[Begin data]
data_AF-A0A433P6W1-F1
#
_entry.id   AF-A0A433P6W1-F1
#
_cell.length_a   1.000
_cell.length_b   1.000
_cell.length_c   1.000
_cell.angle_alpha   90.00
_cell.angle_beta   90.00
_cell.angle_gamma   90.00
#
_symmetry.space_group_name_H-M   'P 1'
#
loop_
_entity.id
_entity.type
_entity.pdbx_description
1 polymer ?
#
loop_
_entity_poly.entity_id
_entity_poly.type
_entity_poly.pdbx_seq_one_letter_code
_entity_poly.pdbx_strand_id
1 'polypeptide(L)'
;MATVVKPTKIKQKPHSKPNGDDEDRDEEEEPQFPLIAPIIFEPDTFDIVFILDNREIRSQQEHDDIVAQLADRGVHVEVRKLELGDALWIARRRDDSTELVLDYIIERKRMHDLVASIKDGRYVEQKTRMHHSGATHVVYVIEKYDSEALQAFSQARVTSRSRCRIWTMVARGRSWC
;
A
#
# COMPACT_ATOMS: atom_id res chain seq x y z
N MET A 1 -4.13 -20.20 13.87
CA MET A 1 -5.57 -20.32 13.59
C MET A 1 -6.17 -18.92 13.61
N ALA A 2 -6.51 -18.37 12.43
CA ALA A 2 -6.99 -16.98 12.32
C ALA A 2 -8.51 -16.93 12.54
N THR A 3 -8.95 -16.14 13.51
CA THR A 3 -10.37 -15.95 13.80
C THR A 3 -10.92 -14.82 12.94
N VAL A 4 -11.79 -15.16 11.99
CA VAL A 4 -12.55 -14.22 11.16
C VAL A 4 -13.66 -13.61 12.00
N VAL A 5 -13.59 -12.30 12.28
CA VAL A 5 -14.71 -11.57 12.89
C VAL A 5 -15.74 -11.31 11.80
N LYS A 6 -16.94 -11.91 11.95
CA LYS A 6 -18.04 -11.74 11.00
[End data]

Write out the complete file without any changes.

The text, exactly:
data_AF-A0A433P6W1-F1
#
_entry.id   AF-A0A433P6W1-F1
#
_cell.length_a   1.000
_cell.length_b   1.000
_cell.length_c   1.000
_cell.angle_alpha   90.00
_cell.angle_beta   90.00
_cell.angle_gamma   90.00
#
_symmetry.space_group_name_H-M   'P 1'
#
loop_
_entity.id
_entity.type
_entity.pdbx_description
1 polymer ?
#
loop_
_entity_poly.entity_id
_entity_poly.type
_entity_poly.pdbx_seq_one_letter_code
_entity_poly.pdbx_strand_id
1 'polypeptide(L)'
;MATVVKPTKIKQKPHSKPNGDDEDRDEEEEPQFPLIAPIIFEPDTFDIVFILDNREIRSQQEHDDIVAQLADRGVHVEVRKLELGDALWIARRRDDSTELVLDYIIERKRMHDLVASIKDGRYVEQKTRMHHSGATHVVYVIEKYDSEALQAFSQARVTSRSRCRIWTMVARGRSWC
;
A
#
# COMPACT_ATOMS: atom_id res chain seq x y z
N MET A 1 -4.13 -20.20 13.87
CA MET A 1 -5.57 -20.32 13.59
C MET A 1 -6.17 -18.92 13.61
N ALA A 2 -6.51 -18.37 12.43
CA ALA A 2 -6.99 -16.98 12.32
C ALA A 2 -8.51 -16.93 12.54
N THR A 3 -8.95 -16.14 13.51
CA THR A 3 -10.37 -15.95 13.80
C THR A 3 -10.92 -14.82 12.94
N VAL A 4 -11.79 -15.16 11.99
CA VAL A 4 -12.55 -14.22 11.16
C VAL A 4 -13.66 -13.61 12.00
N VAL A 5 -13.59 -12.30 12.28
CA VAL A 5 -14.71 -11.57 12.89
C VAL A 5 -15.74 -11.31 11.80
N LYS A 6 -16.94 -11.91 11.95
CA LYS A 6 -18.04 -11.74 11.00